I have not spoken to the President about that.  Would you like some nice ISIS fighters?  I can give them to you.  You can take -- you can take everyone you can.

     PRESIDENT MACRON:  Let’s be serious: The very large number of fighters you have on the ground are ISIS fighters coming from Syria, from Iraq, and the region.  It is true that you have foreign fighters coming from Europe, but this is a tiny minority of the overall problem we have in the region.

     And I think number-one priority -- because it’s not yet finished -- is to get rid of ISIS and these terrorist groups.  This is our number-one priority.  And it’s not yet done.  I’m sorry to say that.  Yes, you still have fighters in this region -- in Syria, and now in Iraq -- and more and more.  And the whole destabilization of the region makes the situation more difficult to fix the situation against ISIS.

     Second, some of these foreign fighters are being (inaudible) in Iraq because of the deeds, precisely, they act in this very region.  And we will have a case-by-case approach.  We have a humanitarian approach for children already organized, and we will have a case-by-case approach.

     But, for me, the very first objective in the region is to finish war against ISIS.  And don’t make any mistake: Your number-one problem are not the foreign fighters.  This is the ISIS fighters in the region.  And you have more and more of these fighters due to the situation today.

     PRESIDENT TRUMP:  This is why he’s a great politician, because that was one of the greatest non-answers I’ve ever heard -- (laughter) -- and that’s okay.

     PRESIDENT MACRON:  Because sometimes you can have some temptation from the U.S. side -- I don’t say about President Trump, but could be the press -- to say, “This is European responsibility.”  I’m sorry to say that.

     We have some of our people, but if you don’t look at the reality of the situation that is number one -- not to be ambiguous with these groups -- this is why we started to discuss about our relations with Turkey.  But I think any ambiguity with Turkey vis-à-vis these groups is detrimental to everybody for the situation on the ground.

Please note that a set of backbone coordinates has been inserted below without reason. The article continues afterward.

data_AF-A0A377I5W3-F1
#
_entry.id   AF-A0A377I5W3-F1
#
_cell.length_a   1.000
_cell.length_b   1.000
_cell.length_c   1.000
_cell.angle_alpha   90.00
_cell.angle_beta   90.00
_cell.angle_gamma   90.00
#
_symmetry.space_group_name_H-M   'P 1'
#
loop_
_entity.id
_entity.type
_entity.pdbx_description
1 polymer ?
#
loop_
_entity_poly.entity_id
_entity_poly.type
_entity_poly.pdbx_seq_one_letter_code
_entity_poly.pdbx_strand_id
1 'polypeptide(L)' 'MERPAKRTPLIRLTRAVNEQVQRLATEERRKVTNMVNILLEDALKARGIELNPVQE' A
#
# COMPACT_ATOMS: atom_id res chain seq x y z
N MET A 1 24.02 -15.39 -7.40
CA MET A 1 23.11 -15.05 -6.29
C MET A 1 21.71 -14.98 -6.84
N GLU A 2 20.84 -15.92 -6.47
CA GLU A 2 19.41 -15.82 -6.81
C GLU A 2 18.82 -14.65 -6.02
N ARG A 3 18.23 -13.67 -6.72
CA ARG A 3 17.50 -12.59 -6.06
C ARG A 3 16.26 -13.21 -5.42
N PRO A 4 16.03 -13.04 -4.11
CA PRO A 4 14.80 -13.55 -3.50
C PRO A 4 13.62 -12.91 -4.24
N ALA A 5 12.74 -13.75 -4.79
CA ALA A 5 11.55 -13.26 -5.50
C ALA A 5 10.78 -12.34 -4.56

PRESIDENT TRUMP:  France has actually taken back some fighters.  But we have a lot of fighters.  We’ve captured a lot of people.  And we have captured 100 percent of the caliphate, but you know that that means that it’s still -- they keep going and going.

     We sent a small contingent in, and we wiped out another portion of ISIS.  We don’t want to happen, to me, what happened with President Obama, where it re-formed and then it became stronger than it was in the first place.  So we don’t want that to happen.

     And, as I said before: We’ve taken the oil.  We have the oil.  So we have total control of the oil so that they’re not going to be able to use that.

     They use that oil to really -- to fuel up their wealth, to fuel up their money.  That was their primary source of income.  And they get contributions.  So we have, now, lists of where these contributions come from, which is very important.  You have people contributing, if you can believe it.  Some of these people are wealthy people that make contributions.  And we have lists of --

     Well, we learned a lot.  You know, when we got al-Baghdadi, that was a great get.  And when we killed him, we have a lot of information that I’m revealing now for the first time, but we also got a lot of good information.

     So a lot of things are happening.  And France has been very helpful, I have to say that.  They’ve been very, very helpful.

     Okay?  Go ahead.  Any other questions, please?

     Q    (Speaks French.)  (Translation inaudible.)

     PRESIDENT MACRON:  (Speaks French.)  (Translation inaudible.)

     PRESIDENT TRUMP:  And I largely agree with that answer.  I just have to say, though -- you know, I came into a position where the European Union was making anywhere from 100 to 150 billion dollars a year in deficits to the United States.  They were making it and we were losing it.  And so we had to do something that is fair, not severe -- I think fair.  We’re losing tremendous amounts of money.